Rafa Benitez's file on Didier Drogba was all to do with his diving, which was maybe not the least of the Liverpool manager's regrets as his team were swept off the road to Moscow and the Champions League final here last night. Benitez had to acknowledge that the real worry is when Drogba stays on his feet.
When he does that he tends to be unplayable and if some of the results of his triumph were not to place among the great moments of grace in sport – his dash halfway down the field to bait Benitez after his first, apparently crushing goal was particularly charmless – there was no question about the role of the big man from the Ivory Coast.
It was to carry Chelsea to the match that their owner Roman Abramovich has most wanted to win since he made a football empire from some of the mineral profits of the land to which he returns in the trappings of football success he has craved so long.
There are too many ironies accompanying Abramovich back to the city of the business coups and political entanglements which enabled him to make a proud old English football club his personal playpen to list easily here, but the one that stood above all was symbolised by the genuflection of his apparently time-expired manager Avram Grant.
Grant, reviled for his image as the owner's crony who supplanted the beloved but, on the big stage of the Champions League with Chelsea, ultimately unsuccessful Jose Mourinho, appeared to be walking into oblivion before fashioning this improbable pursuit of a stunning triumph both in Europe and at home. No one believes Abramovich's gratitude will be sufficient to preserve Grant in the job that so far has mostly brought him public ridicule, but at least on one sweet night he grew beyond Benitez, the man who supposedly knows every inch of Champions League terrain and psychology.
Benitez believed he could draw Chelsea – and Drogba – into his web and have Fernando Torres and Steven Gerrard delivering the shock tactics to wipe away the home team's away goal advantage. However, Drogba's two goals and his willingness to run over rather than dive under Liverpool's defence delivered the night's weightiest blows as his team showed an old instinct to fight on their own wet soil that seemed beyond stifling when Frank Lampard, a man of absolute and single-minded commitment after a week of distress following his mother's death, fired in an extra-time penalty that brought Moscow into the sharpest perspective. Benitez's hopes had surged with the second-half strike of Torres. But Drogba, having first put Liverpool under notice that they were at the end of their latest European dreaming, delivered the killing stroke. He was there to thrust home the cut-back of substitute Nicolas Anelka when Liverpool were caught stretched out in desperate pursuit of an equaliser. It was another killing moment of perfect execution in a career clouded in as much controversy as pure aggressive brilliance.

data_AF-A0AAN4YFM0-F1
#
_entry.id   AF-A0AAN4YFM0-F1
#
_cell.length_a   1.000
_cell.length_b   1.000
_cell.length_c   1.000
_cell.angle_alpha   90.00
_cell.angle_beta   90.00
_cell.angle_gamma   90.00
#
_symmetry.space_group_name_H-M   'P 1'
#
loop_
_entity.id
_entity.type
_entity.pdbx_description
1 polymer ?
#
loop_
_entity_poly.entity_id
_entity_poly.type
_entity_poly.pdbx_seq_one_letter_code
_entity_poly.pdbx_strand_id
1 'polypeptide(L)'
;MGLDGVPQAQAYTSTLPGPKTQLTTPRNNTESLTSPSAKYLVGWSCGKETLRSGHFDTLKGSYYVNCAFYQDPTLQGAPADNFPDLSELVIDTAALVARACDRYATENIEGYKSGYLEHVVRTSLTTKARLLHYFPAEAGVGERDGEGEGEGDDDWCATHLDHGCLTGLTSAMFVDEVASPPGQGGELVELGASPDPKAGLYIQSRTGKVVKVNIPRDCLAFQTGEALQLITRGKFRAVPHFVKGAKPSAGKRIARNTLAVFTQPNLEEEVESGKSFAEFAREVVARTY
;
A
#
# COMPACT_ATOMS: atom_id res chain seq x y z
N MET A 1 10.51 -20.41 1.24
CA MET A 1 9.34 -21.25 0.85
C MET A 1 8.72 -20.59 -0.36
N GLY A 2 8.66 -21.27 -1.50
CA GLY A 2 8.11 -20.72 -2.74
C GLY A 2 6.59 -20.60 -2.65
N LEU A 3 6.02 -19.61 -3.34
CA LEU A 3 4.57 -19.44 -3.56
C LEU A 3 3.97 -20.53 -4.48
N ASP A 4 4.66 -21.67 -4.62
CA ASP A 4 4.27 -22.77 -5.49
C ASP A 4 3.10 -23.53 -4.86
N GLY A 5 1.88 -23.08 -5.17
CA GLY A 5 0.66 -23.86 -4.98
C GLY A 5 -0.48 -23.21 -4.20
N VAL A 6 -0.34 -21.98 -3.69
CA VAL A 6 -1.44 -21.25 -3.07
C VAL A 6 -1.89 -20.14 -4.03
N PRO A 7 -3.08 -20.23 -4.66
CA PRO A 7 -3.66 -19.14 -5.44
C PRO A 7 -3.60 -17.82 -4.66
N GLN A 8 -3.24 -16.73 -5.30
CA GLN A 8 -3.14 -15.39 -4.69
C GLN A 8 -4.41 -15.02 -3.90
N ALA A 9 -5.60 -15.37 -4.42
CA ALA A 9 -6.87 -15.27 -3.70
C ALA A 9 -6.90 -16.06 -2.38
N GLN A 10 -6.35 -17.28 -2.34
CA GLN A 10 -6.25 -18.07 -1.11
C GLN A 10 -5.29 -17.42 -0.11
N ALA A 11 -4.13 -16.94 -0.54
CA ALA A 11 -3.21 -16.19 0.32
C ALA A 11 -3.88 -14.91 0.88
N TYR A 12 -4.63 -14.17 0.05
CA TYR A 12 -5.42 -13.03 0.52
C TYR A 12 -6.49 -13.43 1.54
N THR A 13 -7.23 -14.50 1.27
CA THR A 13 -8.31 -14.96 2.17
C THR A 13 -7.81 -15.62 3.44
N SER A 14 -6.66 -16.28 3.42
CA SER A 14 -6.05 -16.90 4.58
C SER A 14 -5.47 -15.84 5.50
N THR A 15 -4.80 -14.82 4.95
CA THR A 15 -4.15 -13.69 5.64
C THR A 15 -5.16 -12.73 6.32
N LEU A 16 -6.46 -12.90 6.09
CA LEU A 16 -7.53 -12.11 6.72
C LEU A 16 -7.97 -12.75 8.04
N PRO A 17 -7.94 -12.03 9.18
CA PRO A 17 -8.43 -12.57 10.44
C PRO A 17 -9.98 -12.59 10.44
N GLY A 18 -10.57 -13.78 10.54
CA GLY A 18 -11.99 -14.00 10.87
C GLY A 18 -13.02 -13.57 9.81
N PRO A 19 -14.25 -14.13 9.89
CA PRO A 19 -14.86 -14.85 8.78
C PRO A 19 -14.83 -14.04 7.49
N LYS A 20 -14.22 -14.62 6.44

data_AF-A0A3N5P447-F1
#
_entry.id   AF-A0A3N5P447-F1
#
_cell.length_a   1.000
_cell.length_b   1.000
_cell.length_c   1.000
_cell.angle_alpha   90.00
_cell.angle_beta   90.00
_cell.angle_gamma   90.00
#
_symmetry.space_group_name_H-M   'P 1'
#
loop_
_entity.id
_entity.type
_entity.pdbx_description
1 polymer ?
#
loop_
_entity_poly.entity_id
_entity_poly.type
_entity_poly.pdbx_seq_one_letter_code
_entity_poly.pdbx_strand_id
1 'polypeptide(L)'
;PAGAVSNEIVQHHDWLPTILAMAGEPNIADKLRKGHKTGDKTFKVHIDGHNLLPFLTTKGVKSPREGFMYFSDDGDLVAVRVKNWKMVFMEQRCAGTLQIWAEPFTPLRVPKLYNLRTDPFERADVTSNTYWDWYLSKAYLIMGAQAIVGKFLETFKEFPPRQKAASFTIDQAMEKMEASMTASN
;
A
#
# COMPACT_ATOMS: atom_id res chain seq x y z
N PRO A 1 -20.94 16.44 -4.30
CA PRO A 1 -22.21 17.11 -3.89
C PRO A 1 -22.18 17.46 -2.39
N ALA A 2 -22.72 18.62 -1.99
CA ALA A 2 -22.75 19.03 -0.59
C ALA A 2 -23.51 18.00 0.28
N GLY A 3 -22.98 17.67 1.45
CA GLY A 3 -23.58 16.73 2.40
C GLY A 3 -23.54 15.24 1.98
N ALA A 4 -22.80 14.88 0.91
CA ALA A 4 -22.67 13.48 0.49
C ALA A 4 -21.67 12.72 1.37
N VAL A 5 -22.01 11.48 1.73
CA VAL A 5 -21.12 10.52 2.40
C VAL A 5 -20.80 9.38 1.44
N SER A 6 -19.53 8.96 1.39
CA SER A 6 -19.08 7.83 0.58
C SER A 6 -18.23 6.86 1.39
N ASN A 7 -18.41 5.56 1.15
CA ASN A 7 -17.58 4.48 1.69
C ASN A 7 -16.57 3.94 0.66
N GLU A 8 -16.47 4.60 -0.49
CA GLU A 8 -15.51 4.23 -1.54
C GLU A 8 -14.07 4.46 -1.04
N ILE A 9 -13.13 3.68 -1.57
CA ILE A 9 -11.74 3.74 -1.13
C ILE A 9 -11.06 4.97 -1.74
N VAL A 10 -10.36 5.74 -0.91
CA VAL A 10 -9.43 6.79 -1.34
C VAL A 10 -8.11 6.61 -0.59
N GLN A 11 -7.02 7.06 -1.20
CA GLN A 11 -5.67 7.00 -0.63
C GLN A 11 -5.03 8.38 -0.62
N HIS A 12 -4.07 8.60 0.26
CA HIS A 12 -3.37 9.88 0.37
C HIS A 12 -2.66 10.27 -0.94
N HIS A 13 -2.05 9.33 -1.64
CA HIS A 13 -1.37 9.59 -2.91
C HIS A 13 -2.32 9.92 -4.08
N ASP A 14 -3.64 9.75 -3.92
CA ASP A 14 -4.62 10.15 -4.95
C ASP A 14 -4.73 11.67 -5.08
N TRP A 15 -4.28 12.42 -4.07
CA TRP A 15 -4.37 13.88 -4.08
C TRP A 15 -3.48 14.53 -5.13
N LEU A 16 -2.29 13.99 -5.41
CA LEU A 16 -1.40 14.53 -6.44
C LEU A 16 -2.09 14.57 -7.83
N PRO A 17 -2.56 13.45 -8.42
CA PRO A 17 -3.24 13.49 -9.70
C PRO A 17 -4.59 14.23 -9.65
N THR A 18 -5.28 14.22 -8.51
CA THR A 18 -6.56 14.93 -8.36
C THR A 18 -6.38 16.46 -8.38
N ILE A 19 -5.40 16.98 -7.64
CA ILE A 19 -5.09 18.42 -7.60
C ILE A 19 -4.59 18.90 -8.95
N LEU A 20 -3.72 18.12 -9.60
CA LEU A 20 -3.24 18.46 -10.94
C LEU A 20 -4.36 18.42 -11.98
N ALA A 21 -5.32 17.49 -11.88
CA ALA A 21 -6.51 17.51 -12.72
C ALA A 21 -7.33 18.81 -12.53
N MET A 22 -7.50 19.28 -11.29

It was the menace and the aura of Drogba that had first pointed to Chelsea success. He moved with a threat and a purpose that seemed expressly designed to demolish the arguments of Benitez.
But Drogba was not really about making a show. He was about serious business. He proved it with devastating effect after a series of early warnings to Liverpool's extraordinary ambition to reach three Champions League finals in four years. He kept his feet on treacherous ground – and, more vitally, his head when Lampard, emerging from compassionate leave with a passing touch of rare refinement, sent Salomon Kalou streaming in on Liverpool's goal.
Goalkeeper Jose Reina could only parry the shot, which left him utterly at the mercy of the big man whose histrionics never carry him too far from the hard edge of a talent that, the early going suggested, might well be seen in its most dramatic light even as he says goodbye.
Certainly he was by some distance the most imposing figure as Chelsea moved powerfully towards the goal that was always one step beyond them in the reign of Mourinho. Under Grant, Chelsea have been making less noise, but here last night some extrovert moments came after some weeks of increasingly impressive stealth.
They always looked the more likely to join Manchester United in a Moscow celebration of the Premier League's new domination of European football – right up to the moment Yossi Benayoun wriggled through a thicket of Chelsea defenders and released Torres.
This was a moment of craft and bite that Liverpool hadn't previously touched and when Torres reminded us of an instinct that was so sharp for most of the season it was a gift bound to carry us to another level of competitive tension.
A pattern had developed that did not belong to Liverpool. Or so it seemed until Torres broke loose. Liverpool's great quality, of course, is resilience of an epic kind. They showed that in Istanbul at the start of Benitez's jousting with the improbable at the highest level of the game and there was a flicker of it again when Torres struck back. Unfortunately, it couldn't carry them beyond the force of Didier Drogba.Reuse content